A new report from the United Nations High Commissioner for Refugees (UNHCR) has revealed that six people died every day last year while trying to cross the Mediterranean Sea to reach Europe.
The data has marked the sea route as ‘the world’s deadliest sea crossing’.
According to the new ‘Desperate Journeys’ report, around 2,275 people died or went missing in the Mediterranean last year.
A total of 139,300 refugees and migrants arrived in Europe last year, representing the lowest number of individuals who came to the continent in five years.
UN High Commissioner for Refugees Filippo Grandi said: “Saving lives at sea is not a choice, nor a matter of politics, but an age-old obligation.
“We can put an end to these tragedies by having the courage and vision to look beyond the next boat and adopt a long-term approach based on regional cooperation that places human life and dignity at its core.”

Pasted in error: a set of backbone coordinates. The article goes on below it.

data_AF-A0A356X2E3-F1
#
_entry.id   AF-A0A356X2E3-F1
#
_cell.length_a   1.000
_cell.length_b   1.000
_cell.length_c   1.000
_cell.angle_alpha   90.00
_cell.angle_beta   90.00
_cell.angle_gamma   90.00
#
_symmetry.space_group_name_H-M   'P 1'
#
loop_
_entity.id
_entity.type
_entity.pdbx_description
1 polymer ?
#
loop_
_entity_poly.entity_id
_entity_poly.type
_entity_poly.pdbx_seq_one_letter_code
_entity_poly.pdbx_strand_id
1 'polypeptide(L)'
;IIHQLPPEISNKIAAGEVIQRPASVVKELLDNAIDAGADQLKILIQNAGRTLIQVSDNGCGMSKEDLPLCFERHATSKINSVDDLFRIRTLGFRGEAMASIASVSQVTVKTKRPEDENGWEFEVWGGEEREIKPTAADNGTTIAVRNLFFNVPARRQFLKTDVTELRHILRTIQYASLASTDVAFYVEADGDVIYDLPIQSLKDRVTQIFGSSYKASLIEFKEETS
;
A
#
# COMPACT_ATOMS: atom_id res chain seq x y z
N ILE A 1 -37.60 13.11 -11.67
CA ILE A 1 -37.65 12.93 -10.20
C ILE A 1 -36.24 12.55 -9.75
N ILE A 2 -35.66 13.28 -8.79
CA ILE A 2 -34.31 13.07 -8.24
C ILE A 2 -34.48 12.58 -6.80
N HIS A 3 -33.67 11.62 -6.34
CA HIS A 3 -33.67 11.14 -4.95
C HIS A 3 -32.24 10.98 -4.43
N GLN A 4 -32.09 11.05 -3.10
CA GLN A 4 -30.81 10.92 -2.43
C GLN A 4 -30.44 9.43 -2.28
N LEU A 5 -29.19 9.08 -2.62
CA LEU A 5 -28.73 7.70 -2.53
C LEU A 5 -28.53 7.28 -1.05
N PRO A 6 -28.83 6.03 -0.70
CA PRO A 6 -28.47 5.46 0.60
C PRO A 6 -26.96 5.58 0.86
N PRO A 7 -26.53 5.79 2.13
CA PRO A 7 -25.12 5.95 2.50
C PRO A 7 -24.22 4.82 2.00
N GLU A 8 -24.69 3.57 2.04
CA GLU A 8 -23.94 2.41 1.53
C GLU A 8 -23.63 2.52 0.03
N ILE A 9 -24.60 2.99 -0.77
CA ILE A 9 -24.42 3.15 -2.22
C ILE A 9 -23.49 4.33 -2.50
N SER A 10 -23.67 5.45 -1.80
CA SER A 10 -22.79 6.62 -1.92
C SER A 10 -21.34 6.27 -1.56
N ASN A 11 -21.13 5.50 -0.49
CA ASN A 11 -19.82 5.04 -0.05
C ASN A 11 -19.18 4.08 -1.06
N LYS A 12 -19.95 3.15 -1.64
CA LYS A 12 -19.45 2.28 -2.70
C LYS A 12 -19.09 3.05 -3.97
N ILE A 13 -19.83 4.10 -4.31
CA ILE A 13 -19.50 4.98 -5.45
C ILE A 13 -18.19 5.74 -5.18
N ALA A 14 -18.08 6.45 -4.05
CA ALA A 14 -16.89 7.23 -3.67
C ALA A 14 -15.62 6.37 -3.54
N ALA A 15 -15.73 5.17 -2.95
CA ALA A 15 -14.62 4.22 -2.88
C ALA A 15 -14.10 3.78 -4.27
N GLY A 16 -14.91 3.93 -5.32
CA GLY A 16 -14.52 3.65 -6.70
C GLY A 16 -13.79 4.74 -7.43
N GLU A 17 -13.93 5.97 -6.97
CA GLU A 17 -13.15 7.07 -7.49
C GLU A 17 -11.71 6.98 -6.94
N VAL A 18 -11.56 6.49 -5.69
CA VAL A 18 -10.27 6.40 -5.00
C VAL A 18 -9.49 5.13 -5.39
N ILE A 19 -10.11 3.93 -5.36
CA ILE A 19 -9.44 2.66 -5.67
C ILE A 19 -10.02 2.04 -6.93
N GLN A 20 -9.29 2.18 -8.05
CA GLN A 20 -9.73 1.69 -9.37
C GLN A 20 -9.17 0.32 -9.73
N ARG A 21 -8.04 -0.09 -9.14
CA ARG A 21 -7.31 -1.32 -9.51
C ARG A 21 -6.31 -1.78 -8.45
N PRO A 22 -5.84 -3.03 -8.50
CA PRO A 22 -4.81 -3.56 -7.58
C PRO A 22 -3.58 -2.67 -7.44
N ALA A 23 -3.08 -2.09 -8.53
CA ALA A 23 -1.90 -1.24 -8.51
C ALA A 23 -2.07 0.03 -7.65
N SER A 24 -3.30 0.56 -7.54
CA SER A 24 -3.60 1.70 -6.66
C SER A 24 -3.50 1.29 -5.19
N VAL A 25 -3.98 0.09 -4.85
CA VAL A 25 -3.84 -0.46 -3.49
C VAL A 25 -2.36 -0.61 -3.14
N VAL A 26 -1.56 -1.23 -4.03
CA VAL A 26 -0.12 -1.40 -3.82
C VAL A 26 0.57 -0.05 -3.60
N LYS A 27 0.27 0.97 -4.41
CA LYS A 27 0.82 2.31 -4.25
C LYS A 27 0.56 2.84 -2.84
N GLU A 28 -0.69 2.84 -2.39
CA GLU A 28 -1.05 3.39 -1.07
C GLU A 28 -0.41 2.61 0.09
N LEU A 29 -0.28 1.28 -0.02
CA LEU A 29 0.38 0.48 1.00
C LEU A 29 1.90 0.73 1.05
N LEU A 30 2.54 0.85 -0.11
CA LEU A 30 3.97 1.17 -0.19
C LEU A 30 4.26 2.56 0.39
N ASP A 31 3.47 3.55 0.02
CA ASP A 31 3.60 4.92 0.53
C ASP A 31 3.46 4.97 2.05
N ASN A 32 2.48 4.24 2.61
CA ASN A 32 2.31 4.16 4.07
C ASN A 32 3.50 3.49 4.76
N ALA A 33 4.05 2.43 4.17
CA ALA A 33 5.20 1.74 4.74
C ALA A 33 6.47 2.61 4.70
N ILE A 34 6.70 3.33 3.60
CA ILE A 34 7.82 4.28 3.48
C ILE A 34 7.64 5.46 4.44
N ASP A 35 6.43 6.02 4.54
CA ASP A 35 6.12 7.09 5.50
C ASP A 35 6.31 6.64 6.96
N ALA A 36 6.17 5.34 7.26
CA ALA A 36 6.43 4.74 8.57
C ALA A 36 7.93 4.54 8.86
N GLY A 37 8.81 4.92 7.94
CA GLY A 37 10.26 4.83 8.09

The latest report also highlights the incidents caused by shifts in policy by some European countries. The new policies resulted in the stranding of a large number of people at sea for days and waiting for permission to reach the shore.
It was also revealed in the report that on routes from Libya to Europe, one person died at sea for every 14 who arrived, which is up from the one death for every 38 arrivals recorded in 2017.
Responding to a call made by UNHCR and International Organization for Migration (IOM) in June, various European countries promised to relocate people rescued on the central Mediterranean.
However, there is a standstill on a joint regional approach to sea rescue and disembarkation.
The ‘Desperate Journeys’ report also mentioned the changes in routes used by refugees and migrants.
Changes in route have made Spain the primary entry point to Europe for the first time in recent years with around 6,800 arrivals by land. The country also saw the arrival of 58,600 people who crossed the dangerous Western Mediterranean route.